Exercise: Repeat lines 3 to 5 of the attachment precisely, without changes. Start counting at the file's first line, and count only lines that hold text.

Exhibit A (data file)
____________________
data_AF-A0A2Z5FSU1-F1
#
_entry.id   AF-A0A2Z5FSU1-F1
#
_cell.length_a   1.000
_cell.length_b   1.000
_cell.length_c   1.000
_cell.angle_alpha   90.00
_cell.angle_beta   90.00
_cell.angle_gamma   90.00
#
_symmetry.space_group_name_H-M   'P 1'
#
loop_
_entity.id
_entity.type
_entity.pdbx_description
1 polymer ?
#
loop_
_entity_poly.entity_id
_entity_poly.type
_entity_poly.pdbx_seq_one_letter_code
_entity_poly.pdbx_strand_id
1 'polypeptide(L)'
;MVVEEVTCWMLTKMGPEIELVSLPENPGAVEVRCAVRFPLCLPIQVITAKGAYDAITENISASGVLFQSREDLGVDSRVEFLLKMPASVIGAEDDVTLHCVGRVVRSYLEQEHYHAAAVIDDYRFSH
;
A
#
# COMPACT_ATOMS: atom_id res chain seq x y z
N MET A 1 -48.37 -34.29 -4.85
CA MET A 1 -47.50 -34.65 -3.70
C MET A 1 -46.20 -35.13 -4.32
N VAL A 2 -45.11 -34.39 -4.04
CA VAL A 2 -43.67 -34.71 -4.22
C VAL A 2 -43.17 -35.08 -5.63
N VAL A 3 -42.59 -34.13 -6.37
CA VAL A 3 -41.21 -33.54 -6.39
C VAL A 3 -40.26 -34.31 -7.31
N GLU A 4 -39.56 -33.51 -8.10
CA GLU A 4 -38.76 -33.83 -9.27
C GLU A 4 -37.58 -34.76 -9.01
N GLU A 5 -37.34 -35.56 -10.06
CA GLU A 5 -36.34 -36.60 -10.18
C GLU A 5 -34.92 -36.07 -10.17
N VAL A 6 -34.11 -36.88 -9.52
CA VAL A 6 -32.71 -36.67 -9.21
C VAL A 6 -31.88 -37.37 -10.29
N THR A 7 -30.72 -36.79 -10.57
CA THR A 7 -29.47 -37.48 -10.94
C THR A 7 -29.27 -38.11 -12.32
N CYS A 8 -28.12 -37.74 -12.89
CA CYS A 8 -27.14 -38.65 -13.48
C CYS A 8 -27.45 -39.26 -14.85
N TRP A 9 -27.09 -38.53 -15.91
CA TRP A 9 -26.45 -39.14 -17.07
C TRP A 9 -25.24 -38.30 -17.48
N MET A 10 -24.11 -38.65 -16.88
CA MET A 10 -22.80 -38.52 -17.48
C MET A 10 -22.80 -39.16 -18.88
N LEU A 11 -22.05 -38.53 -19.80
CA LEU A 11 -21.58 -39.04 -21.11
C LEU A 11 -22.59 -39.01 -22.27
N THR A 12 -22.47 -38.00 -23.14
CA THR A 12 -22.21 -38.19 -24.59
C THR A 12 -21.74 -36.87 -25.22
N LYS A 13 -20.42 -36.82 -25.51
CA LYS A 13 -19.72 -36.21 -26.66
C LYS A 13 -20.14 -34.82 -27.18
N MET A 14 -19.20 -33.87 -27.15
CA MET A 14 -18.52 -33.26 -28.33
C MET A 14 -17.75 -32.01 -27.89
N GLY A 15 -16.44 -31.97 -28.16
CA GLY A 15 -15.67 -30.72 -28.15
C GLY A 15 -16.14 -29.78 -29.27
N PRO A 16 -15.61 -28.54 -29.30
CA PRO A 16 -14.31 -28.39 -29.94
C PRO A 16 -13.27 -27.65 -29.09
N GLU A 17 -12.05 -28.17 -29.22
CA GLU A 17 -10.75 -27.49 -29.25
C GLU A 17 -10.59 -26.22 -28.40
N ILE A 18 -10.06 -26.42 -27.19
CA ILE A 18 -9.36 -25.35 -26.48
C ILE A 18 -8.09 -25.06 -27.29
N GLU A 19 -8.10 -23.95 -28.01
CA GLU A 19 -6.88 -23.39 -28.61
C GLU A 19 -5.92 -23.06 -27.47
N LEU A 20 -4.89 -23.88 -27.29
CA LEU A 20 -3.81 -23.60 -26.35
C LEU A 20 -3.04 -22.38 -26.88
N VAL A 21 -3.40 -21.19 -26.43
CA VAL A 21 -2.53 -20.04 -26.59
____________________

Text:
_entry.id   AF-A0A2Z5FSU1-F1
#
_cell.length_a   1.000